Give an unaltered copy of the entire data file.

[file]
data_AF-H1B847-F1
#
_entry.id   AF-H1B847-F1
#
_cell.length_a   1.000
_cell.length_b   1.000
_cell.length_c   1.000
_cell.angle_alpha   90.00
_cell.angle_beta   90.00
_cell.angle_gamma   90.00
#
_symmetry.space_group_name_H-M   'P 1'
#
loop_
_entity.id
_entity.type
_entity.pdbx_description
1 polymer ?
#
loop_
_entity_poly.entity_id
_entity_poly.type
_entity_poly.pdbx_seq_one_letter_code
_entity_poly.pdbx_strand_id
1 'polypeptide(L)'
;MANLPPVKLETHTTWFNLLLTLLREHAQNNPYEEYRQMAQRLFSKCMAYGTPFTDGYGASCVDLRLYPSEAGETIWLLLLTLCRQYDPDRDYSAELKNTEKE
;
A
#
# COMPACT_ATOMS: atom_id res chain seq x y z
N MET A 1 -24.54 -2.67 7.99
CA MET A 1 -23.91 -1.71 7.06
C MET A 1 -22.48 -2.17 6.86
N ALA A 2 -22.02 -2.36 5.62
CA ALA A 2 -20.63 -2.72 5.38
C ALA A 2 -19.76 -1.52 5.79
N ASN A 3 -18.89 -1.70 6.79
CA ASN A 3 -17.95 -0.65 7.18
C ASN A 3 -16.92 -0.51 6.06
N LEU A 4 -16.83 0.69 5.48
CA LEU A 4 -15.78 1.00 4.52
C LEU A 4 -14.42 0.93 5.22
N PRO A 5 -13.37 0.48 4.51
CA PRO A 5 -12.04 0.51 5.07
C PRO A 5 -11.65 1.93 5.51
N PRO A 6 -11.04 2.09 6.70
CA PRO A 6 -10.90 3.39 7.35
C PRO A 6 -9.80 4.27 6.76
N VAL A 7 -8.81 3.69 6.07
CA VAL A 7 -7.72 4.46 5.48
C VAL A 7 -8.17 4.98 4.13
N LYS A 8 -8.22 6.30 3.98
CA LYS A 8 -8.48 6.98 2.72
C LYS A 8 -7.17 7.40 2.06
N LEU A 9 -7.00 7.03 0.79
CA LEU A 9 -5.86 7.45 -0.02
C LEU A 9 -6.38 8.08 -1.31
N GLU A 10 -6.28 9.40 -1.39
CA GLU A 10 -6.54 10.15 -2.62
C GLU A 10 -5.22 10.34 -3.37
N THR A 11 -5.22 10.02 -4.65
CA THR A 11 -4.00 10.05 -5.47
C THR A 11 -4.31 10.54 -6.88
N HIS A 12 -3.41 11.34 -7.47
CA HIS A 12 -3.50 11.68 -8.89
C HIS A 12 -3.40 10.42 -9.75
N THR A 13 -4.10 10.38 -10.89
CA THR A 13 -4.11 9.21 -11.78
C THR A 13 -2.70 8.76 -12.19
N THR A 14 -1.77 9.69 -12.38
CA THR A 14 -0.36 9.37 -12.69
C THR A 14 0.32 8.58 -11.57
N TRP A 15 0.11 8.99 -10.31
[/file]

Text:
data_AF-H1B847-F1
#
_entry.id   AF-H1B847-F1
#
_cell.length_a   1.000
_cell.length_b   1.000
_cell.length_c   1.000
_cell.angle_alpha   90.00
_cell.angle_beta   90.00
_cell.angle_gamma   90.00
#
_symmetry.space_group_name_H-M   'P 1'
#
loop_
_entity.id
_entity.type
_entity.pdbx_description
1 polymer ?
#
loop_
_entity_poly.entity_id
_entity_poly.type
_entity_poly.pdbx_seq_one_letter_code
_entity_poly.pdbx_strand_id
1 'polypeptide(L)'
;MANLPPVKLETHTTWFNLLLTLLREHAQNNPYEEYRQMAQRLFSKCMAYGTPFTDGYGASCVDLRLYPSEAGETIWLLLLTLCRQYDPDRDYSAELKNTEKE
;
A
#
# COMPACT_ATOMS: atom_id res chain seq x y z
N MET A 1 -24.54 -2.67 7.99
CA MET A 1 -23.91 -1.71 7.06
C MET A 1 -22.48 -2.17 6.86
N ALA A 2 -22.02 -2.36 5.62
CA ALA A 2 -20.63 -2.72 5.38
C ALA A 2 -19.76 -1.52 5.79
N ASN A 3 -18.89 -1.70 6.79
CA ASN A 3 -17.95 -0.65 7.18
C ASN A 3 -16.92 -0.51 6.06
N LEU A 4 -16.83 0.69 5.48
CA LEU A 4 -15.78 1.00 4.52
C LEU A 4 -14.42 0.93 5.22
N PRO A 5 -13.37 0.48 4.51
CA PRO A 5 -12.04 0.51 5.07
C PRO A 5 -11.65 1.93 5.51
N PRO A 6 -11.04 2.09 6.70
CA PRO A 6 -10.90 3.39 7.35
C PRO A 6 -9.80 4.27 6.76
N VAL A 7 -8.81 3.69 6.07
CA VAL A 7 -7.72 4.46 5.48
C VAL A 7 -8.17 4.98 4.13
N LYS A 8 -8.22 6.30 3.98
CA LYS A 8 -8.48 6.98 2.72
C LYS A 8 -7.17 7.40 2.06
N LEU A 9 -7.00 7.03 0.79
CA LEU A 9 -5.86 7.45 -0.02
C LEU A 9 -6.38 8.08 -1.31
N GLU A 10 -6.28 9.40 -1.39
CA GLU A 10 -6.54 10.15 -2.62
C GLU A 10 -5.22 10.34 -3.37
N THR A 11 -5.22 10.02 -4.65
CA THR A 11 -4.00 10.05 -5.47
C THR A 11 -4.31 10.54 -6.88
N HIS A 12 -3.41 11.34 -7.47
CA HIS A 12 -3.50 11.68 -8.89
C HIS A 12 -3.40 10.42 -9.75
N THR A 13 -4.10 10.38 -10.89
CA THR A 13 -4.11 9.21 -11.78
C THR A 13 -2.70 8.76 -12.19
N THR A 14 -1.77 9.69 -12.38
CA THR A 14 -0.36 9.37 -12.69
C THR A 14 0.32 8.58 -11.57
N TRP A 15 0.11 8.99 -10.31